As we all have a unique microbial fingerprint, there is no one-size-fits-all prescription for a healthy gut. However, there are a few general rules to adhere to. We typically see a diverse and abundant amount of microbiota in a healthy gut. An unhealthy individual would have less diversity and an imbalance of bacteria that are associated with disease. Simply put, the key to good gut health is having as diverse a number of microbes as possible, promoted through dietary diversity.
Does Our Gut Love Certain Foods?
Certain foods are believed to be particularly beneficial for our gut:
- Fermented foods such as kimchi, sauerkraut, miso paste, kefir and unpasteurised cheese
- Foods that are high in polyphenols, like dark chocolate and berries
- Foods that are high in omega-3, like oily fish. As a vegetarian, this is a slightly trickier task. I’ve been considering chia and flax seeds, leafy greens and supplements for sources of omega-3 fats
Many of these foods have shown promising results in terms of promoting gut health. However, studies are often small, so larger clinical trials are needed to confirm results. We also need to consider the contextual factors of this evidence such as lifestyle, genetics and stress levels.
Full of Fibre
Microbes require around 30 grams of fibre a day, but most of us in the UK only eat half this recommendation. If you feel like you are not getting enough, build up to 30 grams a day slowly, as rapid change might upset your digestion. Make sure this is coming from a variety of sources in your diet instead of relying on one type of food. Easy swaps and additions to your diet can be:
- Swapping white bread and grains for wholemeal bread, brown rice and wholewheat pasta. These healthier options are often more flavoursome and less bland than white bread and pasta
- Weetabix, shredded wheat and porridge are great ways to get fibre in at the start of your day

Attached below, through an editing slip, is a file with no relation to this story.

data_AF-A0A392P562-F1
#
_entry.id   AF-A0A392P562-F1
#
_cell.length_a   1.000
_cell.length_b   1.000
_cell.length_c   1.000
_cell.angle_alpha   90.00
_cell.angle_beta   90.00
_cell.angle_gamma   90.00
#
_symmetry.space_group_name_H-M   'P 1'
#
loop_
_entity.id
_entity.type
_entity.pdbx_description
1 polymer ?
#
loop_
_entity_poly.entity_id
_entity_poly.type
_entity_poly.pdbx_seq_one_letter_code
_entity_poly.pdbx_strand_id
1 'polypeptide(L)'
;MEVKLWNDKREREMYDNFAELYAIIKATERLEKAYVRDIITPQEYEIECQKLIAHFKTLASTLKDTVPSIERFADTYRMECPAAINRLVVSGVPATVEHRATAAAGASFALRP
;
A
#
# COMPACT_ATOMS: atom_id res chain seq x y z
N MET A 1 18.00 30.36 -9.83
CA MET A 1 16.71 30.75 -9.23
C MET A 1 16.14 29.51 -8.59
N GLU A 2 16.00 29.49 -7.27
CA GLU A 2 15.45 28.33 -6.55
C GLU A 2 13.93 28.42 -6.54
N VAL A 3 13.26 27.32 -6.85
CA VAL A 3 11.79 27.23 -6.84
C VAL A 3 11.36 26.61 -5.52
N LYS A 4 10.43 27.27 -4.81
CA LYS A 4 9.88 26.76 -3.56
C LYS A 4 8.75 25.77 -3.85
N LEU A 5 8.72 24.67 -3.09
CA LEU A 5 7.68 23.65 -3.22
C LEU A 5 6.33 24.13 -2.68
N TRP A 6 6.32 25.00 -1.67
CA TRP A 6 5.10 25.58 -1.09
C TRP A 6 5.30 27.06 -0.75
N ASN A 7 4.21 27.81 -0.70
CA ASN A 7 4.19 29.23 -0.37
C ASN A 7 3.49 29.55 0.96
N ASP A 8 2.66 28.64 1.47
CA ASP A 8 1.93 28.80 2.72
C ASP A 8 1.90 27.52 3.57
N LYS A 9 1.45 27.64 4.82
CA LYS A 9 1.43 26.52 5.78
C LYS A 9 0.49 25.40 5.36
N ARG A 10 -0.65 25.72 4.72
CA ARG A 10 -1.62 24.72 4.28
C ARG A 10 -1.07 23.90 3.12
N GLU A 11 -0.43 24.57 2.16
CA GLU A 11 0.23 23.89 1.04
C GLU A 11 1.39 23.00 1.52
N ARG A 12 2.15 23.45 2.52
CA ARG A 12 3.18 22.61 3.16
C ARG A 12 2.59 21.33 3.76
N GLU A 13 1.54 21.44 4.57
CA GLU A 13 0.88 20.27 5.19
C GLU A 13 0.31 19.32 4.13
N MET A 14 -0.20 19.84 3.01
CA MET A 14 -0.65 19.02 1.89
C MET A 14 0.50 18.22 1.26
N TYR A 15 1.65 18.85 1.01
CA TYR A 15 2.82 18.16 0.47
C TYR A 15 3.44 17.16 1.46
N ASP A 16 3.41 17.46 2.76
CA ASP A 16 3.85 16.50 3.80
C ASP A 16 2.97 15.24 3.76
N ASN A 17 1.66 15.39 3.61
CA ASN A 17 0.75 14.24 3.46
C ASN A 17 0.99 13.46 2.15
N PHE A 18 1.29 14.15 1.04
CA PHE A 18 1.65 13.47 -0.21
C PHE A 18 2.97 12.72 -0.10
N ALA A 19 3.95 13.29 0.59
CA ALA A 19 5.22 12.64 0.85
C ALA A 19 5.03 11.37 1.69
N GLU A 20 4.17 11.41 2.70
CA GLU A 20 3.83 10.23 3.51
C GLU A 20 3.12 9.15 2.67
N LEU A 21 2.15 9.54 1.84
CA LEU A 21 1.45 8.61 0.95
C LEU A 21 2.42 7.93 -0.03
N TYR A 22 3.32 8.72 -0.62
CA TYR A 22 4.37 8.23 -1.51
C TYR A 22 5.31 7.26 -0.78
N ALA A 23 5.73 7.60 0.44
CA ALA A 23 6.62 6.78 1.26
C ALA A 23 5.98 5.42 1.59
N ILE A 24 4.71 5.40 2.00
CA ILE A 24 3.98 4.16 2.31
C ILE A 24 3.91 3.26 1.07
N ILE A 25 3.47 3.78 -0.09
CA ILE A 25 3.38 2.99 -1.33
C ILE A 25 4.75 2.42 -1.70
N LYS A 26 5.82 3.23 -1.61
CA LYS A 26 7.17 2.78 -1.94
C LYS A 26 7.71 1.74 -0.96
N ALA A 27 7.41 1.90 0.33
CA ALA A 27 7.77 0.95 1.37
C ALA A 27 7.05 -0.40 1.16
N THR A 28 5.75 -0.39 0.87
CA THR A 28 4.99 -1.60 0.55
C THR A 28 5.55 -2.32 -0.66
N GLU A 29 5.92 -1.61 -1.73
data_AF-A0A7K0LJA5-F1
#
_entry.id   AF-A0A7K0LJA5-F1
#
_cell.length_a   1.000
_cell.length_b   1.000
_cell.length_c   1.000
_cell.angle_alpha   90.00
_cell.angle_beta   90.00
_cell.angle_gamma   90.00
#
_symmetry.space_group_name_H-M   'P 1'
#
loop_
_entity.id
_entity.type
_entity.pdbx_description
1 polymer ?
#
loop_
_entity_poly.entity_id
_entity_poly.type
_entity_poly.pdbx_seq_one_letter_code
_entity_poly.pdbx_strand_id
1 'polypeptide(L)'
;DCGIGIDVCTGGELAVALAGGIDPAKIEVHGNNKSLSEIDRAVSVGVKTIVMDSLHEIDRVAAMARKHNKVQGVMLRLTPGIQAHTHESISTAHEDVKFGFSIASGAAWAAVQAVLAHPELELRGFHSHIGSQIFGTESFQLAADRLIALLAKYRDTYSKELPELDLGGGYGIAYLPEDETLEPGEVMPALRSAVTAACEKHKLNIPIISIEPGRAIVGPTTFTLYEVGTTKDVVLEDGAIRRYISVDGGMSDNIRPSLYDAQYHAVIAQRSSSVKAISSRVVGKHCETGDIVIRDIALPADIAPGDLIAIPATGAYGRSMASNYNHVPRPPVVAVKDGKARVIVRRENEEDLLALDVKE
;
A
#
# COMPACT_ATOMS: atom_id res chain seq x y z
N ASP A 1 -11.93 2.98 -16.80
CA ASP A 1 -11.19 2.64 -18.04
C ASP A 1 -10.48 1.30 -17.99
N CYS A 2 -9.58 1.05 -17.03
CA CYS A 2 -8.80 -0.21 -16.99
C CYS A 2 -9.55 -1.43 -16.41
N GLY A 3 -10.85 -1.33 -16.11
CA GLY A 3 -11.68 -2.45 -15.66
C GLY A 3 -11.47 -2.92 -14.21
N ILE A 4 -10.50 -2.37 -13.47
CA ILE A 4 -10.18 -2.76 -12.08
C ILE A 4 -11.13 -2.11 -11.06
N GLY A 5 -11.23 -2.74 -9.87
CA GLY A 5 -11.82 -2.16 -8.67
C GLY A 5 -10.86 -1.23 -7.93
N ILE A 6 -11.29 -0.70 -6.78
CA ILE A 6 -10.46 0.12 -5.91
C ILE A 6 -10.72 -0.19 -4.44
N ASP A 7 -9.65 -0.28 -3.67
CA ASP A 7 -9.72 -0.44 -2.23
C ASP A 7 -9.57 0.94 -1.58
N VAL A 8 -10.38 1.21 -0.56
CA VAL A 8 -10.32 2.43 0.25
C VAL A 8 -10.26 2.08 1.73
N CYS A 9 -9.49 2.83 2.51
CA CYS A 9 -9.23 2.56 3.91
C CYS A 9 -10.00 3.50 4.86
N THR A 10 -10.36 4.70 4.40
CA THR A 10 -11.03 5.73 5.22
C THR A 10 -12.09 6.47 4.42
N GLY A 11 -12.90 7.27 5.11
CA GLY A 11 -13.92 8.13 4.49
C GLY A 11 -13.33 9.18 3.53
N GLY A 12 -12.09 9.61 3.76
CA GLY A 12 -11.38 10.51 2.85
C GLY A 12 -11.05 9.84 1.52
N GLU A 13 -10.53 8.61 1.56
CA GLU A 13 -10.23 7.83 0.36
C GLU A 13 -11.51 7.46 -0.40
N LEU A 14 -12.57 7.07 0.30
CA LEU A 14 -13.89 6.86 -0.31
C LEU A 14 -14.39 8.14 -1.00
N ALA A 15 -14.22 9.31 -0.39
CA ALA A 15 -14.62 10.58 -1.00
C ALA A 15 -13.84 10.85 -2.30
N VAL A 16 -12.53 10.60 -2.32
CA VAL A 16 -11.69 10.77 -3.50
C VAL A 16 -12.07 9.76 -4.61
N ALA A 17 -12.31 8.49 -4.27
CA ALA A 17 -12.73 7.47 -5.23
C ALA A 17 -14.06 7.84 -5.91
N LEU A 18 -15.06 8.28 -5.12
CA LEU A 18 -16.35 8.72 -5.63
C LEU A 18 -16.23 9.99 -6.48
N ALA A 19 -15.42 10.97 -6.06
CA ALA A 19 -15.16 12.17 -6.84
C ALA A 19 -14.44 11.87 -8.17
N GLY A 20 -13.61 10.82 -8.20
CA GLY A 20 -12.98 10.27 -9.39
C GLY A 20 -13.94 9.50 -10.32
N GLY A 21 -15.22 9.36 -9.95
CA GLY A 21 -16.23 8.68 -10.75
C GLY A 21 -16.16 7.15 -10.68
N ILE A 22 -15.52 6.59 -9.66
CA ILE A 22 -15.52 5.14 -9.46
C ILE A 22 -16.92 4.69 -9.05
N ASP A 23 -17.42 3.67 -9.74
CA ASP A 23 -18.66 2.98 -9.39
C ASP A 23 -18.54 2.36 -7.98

- It can be as easy as chucking in beans, chickpeas or lentils to a dish that you’re already making
- Eating your 5 a day! And no, necking an entire bottle of Innocent smoothie does not count
Keep it Interesting!
There is no one miracle cure for gut health. Or one superfood. Our habits and behaviours are what contribute to a healthy gut over time. It may just boil down to the doctor’s general advice for good health:
- Again, eating a varied diet. Professor Kevin Whelan says we must break the cycle of constantly eating the same thing. ‘If you have fish regularly, make sure it isn’t always salmon. Make sure you have wholegrains regularly, but not just wholegrain bread’
- Eat the rainbow – consume a range of different plants, nuts and seeds each week
- Avoid processed food with high amounts of added salt and sugar
- Staying hydrated
- Exercising regularly
- Getting a good night’s sleep
- Remember that it is important to speak to a professional before making a drastic change to your diet
In severe cases, faecal transplants have been used to treat certain diseases and infections. Faeces from a healthy donor are transplanted to reintroduce beneficial bacteria into the recipient, and has shown signs of being highly effective!
There is still a lot to learn about the gut and how it is connected to our physical and mental health. The overwhelming amount of information on the internet does make it difficult to separate fact from fiction. The benefit, though, is that we are changing our perception of the gut as something we must care for, not just as an organ left to fend for itself.